Fashion Industry Broadcast and Style Planet TV is proud to present its new 11-part, hour long Film docuseries “Renegades”. As a teaser before the 11 films are released, we are revealing a post on THE BROADCAST each week for the next 11 weeks. This week the story is on Alexander McQueen.
Our Renegades refused to follow the laws of the ‘fashion rulebookʼ. The dreamers, the rebels, the auteurs, without whom popular culture would never have been quite as interesting. Even if you hold only the most casual interest in the world of fashion, it’s hard to deny the fascinating life stories of every one of our Renegades.
Featuring the lives and legends of:
- Vivienne Westwood
- Malcolm McLaren
- Hedi Slimane
- Rei Kawakubo
- Issey Miyake
- Kenzo Takada
- Yohji Yamamoto
- Alexander McQueen
- Jeremy Scott
- Rick Owens
- John Galliano
We present to you: ALEXANDER MCQUEEN
One only needed to look at the nature of Alexander McQueen’s work – the inherent violence and melancholy in every piece – to see there was a deep and permeable wound at the core of the young designer. He put everything into his work including it is said, “his dreams, nightmares and fears”.
The renegade of British Fashion, the late Alexander McQueen was more than a designer, he was and still remains a major figure in British culture, redefining the rule book with his youthful succession and a body of work that were more avant-garde forms of art than works of fashion. McQueen defied his East End beginnings, rising to the annals of fashion history by taking his place at the head of Givenchy at just 27 years of age. For years to come, his string of ground-breaking shows for both the French powerhouse and his own eponymous label, revealed the relentlessness of his imagination and an undeniable talent that took critics by surprise. From his first collection paid for in dole money all the way to his multi-million-dollar empire, it was clear people were interested in whatever he was selling, even if that was at times controversial. In February of 2010 the rebel designer would shock the world one final time, ending his longstanding battle with depression. Millions mourned the loss of his genius whilst those closest to him recalled the humble man behind the curtain.
Lee Alexander McQueen was born on the 17 March 1969, into the working-class suburb of Lewisham, London. The youngest of six children, McQueen tapped into his creative side at an early age. With the encouragement of his mother he began designing dresses for his three sisters. Despite his flourishing creative interior, there was a darkness that Lee would endure throughout his life. At the age of six he began to grapple with his homosexuality, but fully embraced it into adulthood. As McQueen would later joke, he came “straight from his mother’s womb and into the gay pride parade”. At age nine he became the victim of sexual abuse at the hands of a non-blood relative and witnessed first-hand physical violence against women.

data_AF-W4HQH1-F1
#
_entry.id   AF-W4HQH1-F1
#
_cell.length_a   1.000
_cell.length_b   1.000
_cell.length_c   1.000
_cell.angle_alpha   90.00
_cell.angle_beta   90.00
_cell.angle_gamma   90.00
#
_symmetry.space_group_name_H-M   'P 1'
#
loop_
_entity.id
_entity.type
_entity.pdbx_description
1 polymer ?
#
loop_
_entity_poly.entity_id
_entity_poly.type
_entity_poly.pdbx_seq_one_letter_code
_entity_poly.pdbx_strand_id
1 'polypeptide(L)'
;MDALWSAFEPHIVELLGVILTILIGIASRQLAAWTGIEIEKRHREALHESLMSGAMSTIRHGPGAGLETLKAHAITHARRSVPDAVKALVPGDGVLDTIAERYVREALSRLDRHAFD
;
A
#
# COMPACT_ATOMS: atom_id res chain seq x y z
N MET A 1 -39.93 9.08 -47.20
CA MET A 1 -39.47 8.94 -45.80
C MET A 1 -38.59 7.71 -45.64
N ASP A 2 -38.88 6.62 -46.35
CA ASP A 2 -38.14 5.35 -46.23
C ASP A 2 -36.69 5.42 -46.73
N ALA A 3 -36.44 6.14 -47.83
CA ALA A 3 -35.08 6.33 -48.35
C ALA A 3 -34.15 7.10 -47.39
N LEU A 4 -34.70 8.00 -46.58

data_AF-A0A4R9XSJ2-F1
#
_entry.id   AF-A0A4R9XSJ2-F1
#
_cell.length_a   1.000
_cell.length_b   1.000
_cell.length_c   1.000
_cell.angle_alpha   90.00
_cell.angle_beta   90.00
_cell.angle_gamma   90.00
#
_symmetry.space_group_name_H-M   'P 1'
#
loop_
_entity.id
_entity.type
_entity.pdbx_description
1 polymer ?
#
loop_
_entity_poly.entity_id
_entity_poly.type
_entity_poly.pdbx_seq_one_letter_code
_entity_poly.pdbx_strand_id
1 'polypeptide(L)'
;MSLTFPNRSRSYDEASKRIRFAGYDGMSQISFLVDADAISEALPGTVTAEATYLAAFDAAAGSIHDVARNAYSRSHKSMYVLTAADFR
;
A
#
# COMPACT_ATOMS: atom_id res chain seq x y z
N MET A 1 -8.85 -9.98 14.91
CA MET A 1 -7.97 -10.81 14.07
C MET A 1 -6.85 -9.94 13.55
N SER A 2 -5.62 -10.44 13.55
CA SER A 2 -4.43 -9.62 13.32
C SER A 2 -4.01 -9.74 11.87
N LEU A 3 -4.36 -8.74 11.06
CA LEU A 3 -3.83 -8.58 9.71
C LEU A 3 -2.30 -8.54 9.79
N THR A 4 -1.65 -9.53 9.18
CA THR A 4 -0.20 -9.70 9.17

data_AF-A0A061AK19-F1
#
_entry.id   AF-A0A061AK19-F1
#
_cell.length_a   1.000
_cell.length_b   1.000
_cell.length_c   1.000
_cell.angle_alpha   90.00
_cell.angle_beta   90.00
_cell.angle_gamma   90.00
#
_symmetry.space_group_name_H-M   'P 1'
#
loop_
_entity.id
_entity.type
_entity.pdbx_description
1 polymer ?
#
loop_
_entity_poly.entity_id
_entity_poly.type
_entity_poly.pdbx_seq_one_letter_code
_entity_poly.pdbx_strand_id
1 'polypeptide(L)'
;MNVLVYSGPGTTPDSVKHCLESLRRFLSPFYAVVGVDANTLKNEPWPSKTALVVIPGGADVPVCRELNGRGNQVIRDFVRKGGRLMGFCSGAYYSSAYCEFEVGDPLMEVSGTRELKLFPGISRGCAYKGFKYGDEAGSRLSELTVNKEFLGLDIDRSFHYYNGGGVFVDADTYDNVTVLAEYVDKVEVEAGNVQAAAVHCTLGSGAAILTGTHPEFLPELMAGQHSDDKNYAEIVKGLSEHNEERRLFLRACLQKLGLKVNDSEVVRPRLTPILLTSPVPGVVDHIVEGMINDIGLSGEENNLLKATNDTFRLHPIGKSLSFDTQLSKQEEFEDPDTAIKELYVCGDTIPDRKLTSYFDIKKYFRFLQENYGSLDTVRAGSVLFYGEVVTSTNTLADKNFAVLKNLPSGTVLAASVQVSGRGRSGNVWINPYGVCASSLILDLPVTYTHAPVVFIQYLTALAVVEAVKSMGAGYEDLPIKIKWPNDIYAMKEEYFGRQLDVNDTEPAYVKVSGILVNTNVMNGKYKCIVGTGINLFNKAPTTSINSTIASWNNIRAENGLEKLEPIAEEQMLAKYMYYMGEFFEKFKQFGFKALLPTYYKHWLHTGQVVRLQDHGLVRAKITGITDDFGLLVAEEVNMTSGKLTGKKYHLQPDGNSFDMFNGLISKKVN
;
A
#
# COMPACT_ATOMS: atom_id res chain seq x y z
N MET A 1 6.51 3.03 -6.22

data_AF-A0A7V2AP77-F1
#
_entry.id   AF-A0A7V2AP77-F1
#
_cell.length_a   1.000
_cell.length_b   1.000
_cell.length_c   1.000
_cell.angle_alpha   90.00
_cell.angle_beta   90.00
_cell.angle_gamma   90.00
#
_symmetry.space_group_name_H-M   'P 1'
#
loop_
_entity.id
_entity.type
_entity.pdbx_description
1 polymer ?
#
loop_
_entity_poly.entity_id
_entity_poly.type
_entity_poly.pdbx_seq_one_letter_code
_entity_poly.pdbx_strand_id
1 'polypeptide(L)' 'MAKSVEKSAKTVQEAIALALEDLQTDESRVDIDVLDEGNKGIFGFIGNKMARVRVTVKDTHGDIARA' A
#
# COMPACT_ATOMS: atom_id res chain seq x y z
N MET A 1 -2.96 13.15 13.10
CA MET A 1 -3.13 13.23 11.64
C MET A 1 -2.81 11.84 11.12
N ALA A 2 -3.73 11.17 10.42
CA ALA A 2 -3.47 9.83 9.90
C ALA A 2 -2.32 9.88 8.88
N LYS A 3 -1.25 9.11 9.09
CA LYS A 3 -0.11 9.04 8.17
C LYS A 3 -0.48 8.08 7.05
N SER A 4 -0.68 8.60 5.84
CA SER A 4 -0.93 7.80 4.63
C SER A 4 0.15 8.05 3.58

McQueen’s early collections like “Highland Rape” delved into these dark territories of violence and sadness particularly against women, shocking viewers and attracting much criticism. In the 90s his name was hard to avoid, the subject of tabloid headlines and underground chatter for his compelling and brazen antics. Starting as an apprentice tailor on Saville Row and progressing to the highly regarded fashion institute Central St Martins. McQueen’s debut collection in 1992 was bought out in its entirety by non-other than Isabella Blow, the then editor of British Vogue and one of the most ostentatious characters, in an industry spilling with the eccentric. For McQueen she represented the powerful and successful women he wanted to dress; and in McQueen, Isabella found a kindred spirit: one whose talent for design was perfectly complimented by a sense of promotion and a keen eye for style. Her love of design extended to unearthing new talent, catapulting the career of McQueen alongside other contemporaries from milliner Phillip Treacy to model Sophie Dahl. Generating a close relationship, the two would go on to become an inseparable artist and muse combination of the high fashion industry, only to be destroyed by it from within.
Ahead of his time, McQueen controversially was seen to be gaslighting the industry with his inclusion of non-models onto the runway. From the pregnant, to the disabled, showing progressive racial inclusion and even featuring his own patron and muse Isabella Blow. Blow stole the show in McQueen’s 1994 Autumn / Winter catwalk dubbed ‘Banshee’. He also dedicated his 1996 collection “Dante” to her. Designed as a commentary on war and religion, the collection showcased models who strutted down a crucifix catwalk to the sounds of organs clashing with club music and repeated gunfire, with the familiar sounds of missiles sporadically whirring overhead. There were new elements to the McQueen’s aesthetic that took critics by surprise. Maturity. Romanticism. Elegance. By 1997 he’d even designed tour costumes for the great David Bowie, immortalised in music history on the cover of Bowies 20th Studio Album, Earthling.
At the age of 27 and only eight collections to his name, to the surprise of almost everyone, Alexander McQueen would become the head steward for Givenchy. Criticised for seemingly being dangerously under qualified to take on such a legacy, McQueen referred to the founder of the label as ‘irrelevant’. Despite his rocky start he still managed to create some of the most memorable runway moments in fashion history.
“Number 13”, was one of McQueen’s most revered forms of art. Model Shalom Harlow was the centrepiece, adorned in a pristine white dress in the middle of a circular platform. The platform began to spin, and two autonomous robot arms whirred to life beside her, casting both dress and model with dual streams of black and yellow paint, completely indiscriminate in their patterning. It was a conscious provocation of the nature and impact of technology in modern life, McQueen always sought to push the boundaries conceptually, to shake things up and open people to new ways of thinking.
At the end of the year 2000, the Gucci group under the direction of Tom Ford, purchased a majority share in McQueen’s own label. Leaving him in charge as creative director, free and cashed up to redress the personal vision for the McQueen Label.